As we settle back into our daily routines after holidays with family and other loved ones and embark upon a new year, the Trump Administration is poised to approve a new policy taking aim at immigrant and refugee children and their families. First considered by the U.S. Department of Homeland Security in early 2017, the policy would direct immigration officers to separate these children from their mothers and fathers upon arriving at our nation’s southern border. Conceived to deter future migration to the United States, the plan denotes an unthinkably cruel and misguided way to welcome the new year and the most vulnerable among us.
Most families arriving at the U.S.-Mexico border have fled extreme violence in their home countries of El Salvador, Guatemala, and Honduras. These countries are experiencing severe violence, including significant sexual and gender-based violence, by gangs and criminal organizations that frequently control territory and access to basic services, including schools. Without adequate protection from their own governments, many families are forced to flee for their lives.
Under existing policy, families are generally detained or released together following their apprehension by U.S. officials. The proposed policy would intentionally tear families apart by instructing that parents and children be separated and sent to different facilities.
The Administration reasons that the trauma wrought by these separations will prevent others from risking the same, thereby reducing migration. Yet deterrence policies, although undeniably callous, do little to prevent families confronting life or death circumstances from seeking safety. If faced with a child’s likely death in one’s home country or separation abroad, who wouldn’t choose to leave if they could? The effects are nevertheless devastating.
Even without a formal policy, family separations at the border have been rising in recent months. Families who have survived unspeakable trauma in their countries of origin are suffering once more as they are divided and lost to each other in a system in which their future reunification is uncertain. Children with loving parents at their side are unnecessarily rendered “unaccompanied” and placed in institutional care, where they must remain throughout their immigration proceedings unless an alternate sponsor can be identified to care for them. The indefinite detention of children poses significant and lasting emotional and psychological consequences, and it undermines the very integrity and fairness of our immigration system.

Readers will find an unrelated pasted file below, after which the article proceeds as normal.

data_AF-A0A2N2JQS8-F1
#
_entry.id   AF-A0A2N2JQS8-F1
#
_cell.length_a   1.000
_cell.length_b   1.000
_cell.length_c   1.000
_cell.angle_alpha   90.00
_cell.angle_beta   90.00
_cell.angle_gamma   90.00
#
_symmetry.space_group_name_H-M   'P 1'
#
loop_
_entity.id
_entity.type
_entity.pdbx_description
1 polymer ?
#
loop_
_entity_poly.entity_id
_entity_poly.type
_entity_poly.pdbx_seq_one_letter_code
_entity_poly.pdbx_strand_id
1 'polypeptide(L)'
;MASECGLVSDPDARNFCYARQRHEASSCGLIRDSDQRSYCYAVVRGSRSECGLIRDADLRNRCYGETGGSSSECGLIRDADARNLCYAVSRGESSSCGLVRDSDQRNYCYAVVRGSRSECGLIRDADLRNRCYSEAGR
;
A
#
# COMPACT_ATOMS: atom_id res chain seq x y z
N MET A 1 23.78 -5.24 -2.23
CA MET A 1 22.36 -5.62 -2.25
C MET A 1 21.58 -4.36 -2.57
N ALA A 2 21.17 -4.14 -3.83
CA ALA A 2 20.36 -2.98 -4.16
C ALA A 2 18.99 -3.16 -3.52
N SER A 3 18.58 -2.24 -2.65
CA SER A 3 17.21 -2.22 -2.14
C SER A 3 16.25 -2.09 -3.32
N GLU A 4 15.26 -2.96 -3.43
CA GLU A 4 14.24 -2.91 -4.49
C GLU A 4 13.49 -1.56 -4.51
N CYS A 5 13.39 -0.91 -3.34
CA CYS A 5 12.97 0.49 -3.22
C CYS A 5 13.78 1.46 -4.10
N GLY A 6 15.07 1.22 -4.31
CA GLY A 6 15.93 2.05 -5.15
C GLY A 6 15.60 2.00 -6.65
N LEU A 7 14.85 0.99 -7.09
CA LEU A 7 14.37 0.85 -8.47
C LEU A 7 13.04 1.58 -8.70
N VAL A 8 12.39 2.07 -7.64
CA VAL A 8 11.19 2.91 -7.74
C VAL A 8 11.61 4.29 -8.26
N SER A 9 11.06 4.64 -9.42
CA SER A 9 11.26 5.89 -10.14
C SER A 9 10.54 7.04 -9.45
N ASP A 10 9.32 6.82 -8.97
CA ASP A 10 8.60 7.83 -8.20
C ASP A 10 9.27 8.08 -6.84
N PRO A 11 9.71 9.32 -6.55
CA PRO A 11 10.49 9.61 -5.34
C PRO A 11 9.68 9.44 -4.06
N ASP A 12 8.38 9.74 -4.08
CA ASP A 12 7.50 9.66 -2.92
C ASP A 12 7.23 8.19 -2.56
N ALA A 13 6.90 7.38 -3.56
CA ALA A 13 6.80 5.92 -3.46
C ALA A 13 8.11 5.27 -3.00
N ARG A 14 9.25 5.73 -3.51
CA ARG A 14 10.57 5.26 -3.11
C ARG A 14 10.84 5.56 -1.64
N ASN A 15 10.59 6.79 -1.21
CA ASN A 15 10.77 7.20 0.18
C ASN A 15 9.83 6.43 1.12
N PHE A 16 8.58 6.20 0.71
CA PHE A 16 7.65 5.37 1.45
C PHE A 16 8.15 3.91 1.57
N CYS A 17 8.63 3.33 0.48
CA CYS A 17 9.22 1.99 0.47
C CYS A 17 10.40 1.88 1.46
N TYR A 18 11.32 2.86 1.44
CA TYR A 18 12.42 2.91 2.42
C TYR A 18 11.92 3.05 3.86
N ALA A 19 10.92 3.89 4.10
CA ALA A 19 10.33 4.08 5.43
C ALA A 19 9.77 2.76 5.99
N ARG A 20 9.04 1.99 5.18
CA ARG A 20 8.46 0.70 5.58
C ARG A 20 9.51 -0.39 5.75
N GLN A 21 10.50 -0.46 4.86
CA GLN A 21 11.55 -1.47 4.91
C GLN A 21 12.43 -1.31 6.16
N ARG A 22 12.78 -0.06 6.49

At Kids in Need of Defense (KIND), we provide pro bono legal representation to children who come to the U.S. alone. Most of these children have valid claims for asylum or other relief, often based on circumstances shared with their parents. Children, particularly those of tender age, are frequently unable to describe in detail the experiences giving rise to their claims for protection, and must rely on information and documentation from their parents to substantiate their cases. The detention of parents and children in separate facilities, often at great distance, frustrates access to this critical information. As a result, immigration cases may be slowed or stalled, or worse, children may be ordered deported back to their home countries, despite grave risk of harm or death.
Like the stories of families arriving at our borders, immigration policy is difficult and complex. The search for common ground often meets with a long and winding road. But there is much on which we can agree. Our lives and laws reflect our shared belief in the value of families and the protection of children. Just as last year, when the Administration halted the implementation of its plan to separate families in response to a forceful public outcry, we need an equally thunderous outpouring again now. Let us resolve to raise our voices in support of policies that protect, not punish, families and children.